The problem, of course, is sin, and the answer is simple enough. Saint John writes:

If we say we have no sin, we deceive ourselves and the truth is not in us. If we confess our sins, [God] is faithful and just, and will forgive our sins, and cleanse us from all unrighteousness (1 Jn 1:8).

If you really want to be a true disciple of Jesus Christ, therefore, it's probably time for an "open-heart surgery" of the soul, to remove all the debris that blocks the flow of His merciful love in your life. After all, how can you be filled with the spirit of Jesus Christ if you are already too full of yourself? There is simply not enough room for His grace to flow in! But Jesus Christ died for you, gave His very life for you on the Cross so that all your sins could be forgiven and all the obstacles to the inflow of His life-giving Holy Spirit might be removed from your heart.

To let the Physician of the soul do His best work in you, however, you will need to take a big step.

Make a general confession: This means going to meet Jesus in the Sacrament of Reconciliation, only this time unburdening yourself of all the most serious sins of your entire life, as much as you can remember them, even the big sins you have already confessed. While the eternal punishment due for those sins has already been taken away by the merciful love of Jesus Christ, nevertheless, you can deepen your contrition for those sins and receive and increase of grace in your heart by repeating them in a general confession. In other words, the idea is not to "beat yourself up again" for those sins, but to see them ever more clearly in the light of the merciful and compassionate love of God.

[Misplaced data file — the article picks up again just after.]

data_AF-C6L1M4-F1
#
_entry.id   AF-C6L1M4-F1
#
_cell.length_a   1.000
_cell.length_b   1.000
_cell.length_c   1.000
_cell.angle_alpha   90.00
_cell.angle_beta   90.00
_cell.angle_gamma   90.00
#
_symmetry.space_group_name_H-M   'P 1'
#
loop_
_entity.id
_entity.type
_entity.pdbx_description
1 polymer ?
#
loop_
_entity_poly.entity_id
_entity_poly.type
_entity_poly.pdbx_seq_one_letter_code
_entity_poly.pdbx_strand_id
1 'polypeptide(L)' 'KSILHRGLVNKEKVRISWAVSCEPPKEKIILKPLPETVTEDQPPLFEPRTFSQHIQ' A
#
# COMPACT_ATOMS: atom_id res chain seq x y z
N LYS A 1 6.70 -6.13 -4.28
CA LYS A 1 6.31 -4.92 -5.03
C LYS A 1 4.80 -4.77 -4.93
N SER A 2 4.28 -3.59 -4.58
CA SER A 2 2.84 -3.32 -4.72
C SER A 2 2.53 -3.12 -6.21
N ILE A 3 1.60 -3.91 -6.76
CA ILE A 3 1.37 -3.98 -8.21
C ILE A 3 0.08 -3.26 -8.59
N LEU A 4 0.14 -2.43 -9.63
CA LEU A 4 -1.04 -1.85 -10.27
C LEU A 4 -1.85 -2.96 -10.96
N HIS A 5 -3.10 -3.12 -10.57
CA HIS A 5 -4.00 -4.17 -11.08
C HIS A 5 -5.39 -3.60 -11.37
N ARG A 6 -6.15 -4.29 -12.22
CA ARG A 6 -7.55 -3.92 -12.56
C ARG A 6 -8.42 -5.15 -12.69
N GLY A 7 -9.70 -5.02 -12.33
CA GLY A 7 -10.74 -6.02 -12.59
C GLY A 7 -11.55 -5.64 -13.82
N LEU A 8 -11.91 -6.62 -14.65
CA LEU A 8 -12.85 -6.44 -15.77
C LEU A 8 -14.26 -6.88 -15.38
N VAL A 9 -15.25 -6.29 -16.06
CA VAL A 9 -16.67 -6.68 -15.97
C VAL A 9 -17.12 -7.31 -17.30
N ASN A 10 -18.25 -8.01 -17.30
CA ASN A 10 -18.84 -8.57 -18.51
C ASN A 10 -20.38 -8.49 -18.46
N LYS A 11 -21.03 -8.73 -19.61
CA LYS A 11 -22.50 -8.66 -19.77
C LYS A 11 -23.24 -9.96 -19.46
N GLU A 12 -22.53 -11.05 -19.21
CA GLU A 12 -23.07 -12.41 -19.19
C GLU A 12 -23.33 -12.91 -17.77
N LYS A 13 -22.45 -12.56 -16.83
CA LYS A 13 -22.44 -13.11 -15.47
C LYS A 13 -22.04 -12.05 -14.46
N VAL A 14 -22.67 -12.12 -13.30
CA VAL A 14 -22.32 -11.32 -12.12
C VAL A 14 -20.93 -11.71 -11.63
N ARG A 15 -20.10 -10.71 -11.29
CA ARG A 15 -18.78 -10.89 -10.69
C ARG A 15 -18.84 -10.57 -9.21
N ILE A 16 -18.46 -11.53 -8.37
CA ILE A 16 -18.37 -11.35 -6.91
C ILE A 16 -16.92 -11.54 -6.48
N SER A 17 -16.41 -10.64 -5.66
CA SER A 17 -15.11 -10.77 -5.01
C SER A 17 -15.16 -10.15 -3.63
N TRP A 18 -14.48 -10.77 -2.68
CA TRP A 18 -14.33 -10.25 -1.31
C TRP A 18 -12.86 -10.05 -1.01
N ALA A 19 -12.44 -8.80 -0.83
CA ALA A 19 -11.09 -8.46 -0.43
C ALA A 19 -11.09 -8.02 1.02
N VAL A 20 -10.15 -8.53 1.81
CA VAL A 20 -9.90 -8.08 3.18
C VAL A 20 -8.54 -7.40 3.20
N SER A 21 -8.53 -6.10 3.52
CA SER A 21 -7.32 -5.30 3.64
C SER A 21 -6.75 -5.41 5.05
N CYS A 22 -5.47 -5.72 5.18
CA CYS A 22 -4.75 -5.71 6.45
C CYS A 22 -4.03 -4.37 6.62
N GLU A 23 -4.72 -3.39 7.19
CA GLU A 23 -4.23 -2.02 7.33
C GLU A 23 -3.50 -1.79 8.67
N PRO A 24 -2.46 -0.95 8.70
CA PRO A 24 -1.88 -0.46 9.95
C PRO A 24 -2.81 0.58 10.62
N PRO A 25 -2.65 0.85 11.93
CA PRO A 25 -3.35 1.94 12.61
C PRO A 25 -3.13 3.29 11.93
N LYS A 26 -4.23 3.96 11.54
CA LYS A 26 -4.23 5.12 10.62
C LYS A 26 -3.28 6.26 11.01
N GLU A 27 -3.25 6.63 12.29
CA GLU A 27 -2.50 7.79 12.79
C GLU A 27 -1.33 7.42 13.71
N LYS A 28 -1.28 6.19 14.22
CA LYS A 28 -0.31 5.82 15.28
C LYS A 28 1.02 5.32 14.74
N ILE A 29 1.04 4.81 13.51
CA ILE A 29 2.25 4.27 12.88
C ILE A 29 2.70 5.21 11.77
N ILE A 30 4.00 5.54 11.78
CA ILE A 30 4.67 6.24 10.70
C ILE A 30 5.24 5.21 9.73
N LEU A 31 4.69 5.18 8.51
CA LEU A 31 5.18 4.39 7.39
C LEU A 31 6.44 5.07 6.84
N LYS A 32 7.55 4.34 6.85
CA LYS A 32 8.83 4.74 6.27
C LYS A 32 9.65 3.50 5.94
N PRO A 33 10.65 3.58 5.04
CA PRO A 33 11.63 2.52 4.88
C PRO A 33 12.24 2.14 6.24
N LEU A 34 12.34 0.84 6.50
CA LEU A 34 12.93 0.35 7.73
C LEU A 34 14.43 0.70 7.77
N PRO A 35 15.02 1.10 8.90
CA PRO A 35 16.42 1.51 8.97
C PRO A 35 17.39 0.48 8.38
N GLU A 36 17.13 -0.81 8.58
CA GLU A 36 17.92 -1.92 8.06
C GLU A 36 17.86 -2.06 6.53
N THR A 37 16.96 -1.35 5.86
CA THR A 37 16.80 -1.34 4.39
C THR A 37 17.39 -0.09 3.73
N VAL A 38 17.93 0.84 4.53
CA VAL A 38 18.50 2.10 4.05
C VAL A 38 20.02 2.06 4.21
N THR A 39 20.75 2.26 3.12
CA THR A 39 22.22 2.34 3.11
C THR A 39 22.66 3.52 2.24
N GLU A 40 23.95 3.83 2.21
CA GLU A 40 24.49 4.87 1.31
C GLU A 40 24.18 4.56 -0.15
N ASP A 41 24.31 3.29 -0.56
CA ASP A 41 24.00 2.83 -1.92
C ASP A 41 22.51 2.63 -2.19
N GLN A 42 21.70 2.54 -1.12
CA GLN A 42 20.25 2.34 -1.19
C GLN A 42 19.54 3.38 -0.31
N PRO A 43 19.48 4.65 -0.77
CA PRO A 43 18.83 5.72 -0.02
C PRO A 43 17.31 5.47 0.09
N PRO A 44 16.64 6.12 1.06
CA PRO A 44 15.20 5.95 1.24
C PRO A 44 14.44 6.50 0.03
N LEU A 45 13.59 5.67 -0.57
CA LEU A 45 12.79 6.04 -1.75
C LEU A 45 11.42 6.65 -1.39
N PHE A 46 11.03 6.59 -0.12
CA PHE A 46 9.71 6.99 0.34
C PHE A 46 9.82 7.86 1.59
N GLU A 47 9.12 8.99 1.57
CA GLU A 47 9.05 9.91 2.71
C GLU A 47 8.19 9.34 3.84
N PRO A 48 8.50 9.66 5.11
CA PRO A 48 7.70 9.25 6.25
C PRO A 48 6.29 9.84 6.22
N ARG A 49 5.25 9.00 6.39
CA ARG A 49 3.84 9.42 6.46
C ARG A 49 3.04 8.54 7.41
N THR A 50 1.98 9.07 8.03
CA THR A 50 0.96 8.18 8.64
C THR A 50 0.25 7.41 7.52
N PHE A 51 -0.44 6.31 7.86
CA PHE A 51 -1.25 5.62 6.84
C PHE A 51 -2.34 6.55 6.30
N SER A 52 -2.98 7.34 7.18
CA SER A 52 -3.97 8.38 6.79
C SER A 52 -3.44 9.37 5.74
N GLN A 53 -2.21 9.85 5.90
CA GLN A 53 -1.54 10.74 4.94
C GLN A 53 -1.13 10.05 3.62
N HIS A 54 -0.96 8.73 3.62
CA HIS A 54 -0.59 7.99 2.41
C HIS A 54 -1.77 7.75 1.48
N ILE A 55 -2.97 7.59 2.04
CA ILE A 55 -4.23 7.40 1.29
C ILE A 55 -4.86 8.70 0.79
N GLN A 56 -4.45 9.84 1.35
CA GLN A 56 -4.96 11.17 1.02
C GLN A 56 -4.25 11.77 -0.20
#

Of course, this is major "open-heart surgery" for the soul, but don't let the daunting prospect of going through it make you hesitate. In fact, maybe we should call it a "spring cleaning of the soul." Try to remember how wonderful it feels in your home when the place is finally cleaned up the way it should be and all the garbage is finally thrown out. A general confession can lighten the heart and refresh the soul. It is the first, essential way to make room in your heart for the inflow of the merciful love of Jesus Christ. Saint Francis De Sales recommended it to all of his readers who wanted to begin a truly devout life:

A general confession summons us to know ourselves, arouses wholesome sorrow for our past life, makes us marvel at the mercy of God who has so patiently waited for us, brings peace to our hearts, calms our minds, excites us to good resolutions ... and opens our hearts to reveal ourselves with confidence in subsequent confessions (Introduction to the Devout Life, I.6).

Saint Maria Faustina Kowalska received special revelations from Jesus Himself on the spiritual healing that comes from a deep and searching confession. As recorded in her Diary, Jesus said to her:

Daughter, when you go to confession, to this fountain of My mercy, the Blood and Water which came forth from My Heart always flows down upon your soul and ennobles it. Every time you go to confession, immerse yourself entirely in My mercy, with great trust, so that I may pour the bounty of My grace upon your soul. I am only hidden by the priest, but I Myself act in your soul. Here the misery of the soul meets the God of mercy. Tell souls that from this fount of mercy souls draw graces solely with the vessel of trust. If their trust is great, there is no limit to My generosity. The torrents of grace inundate humble souls. (1602)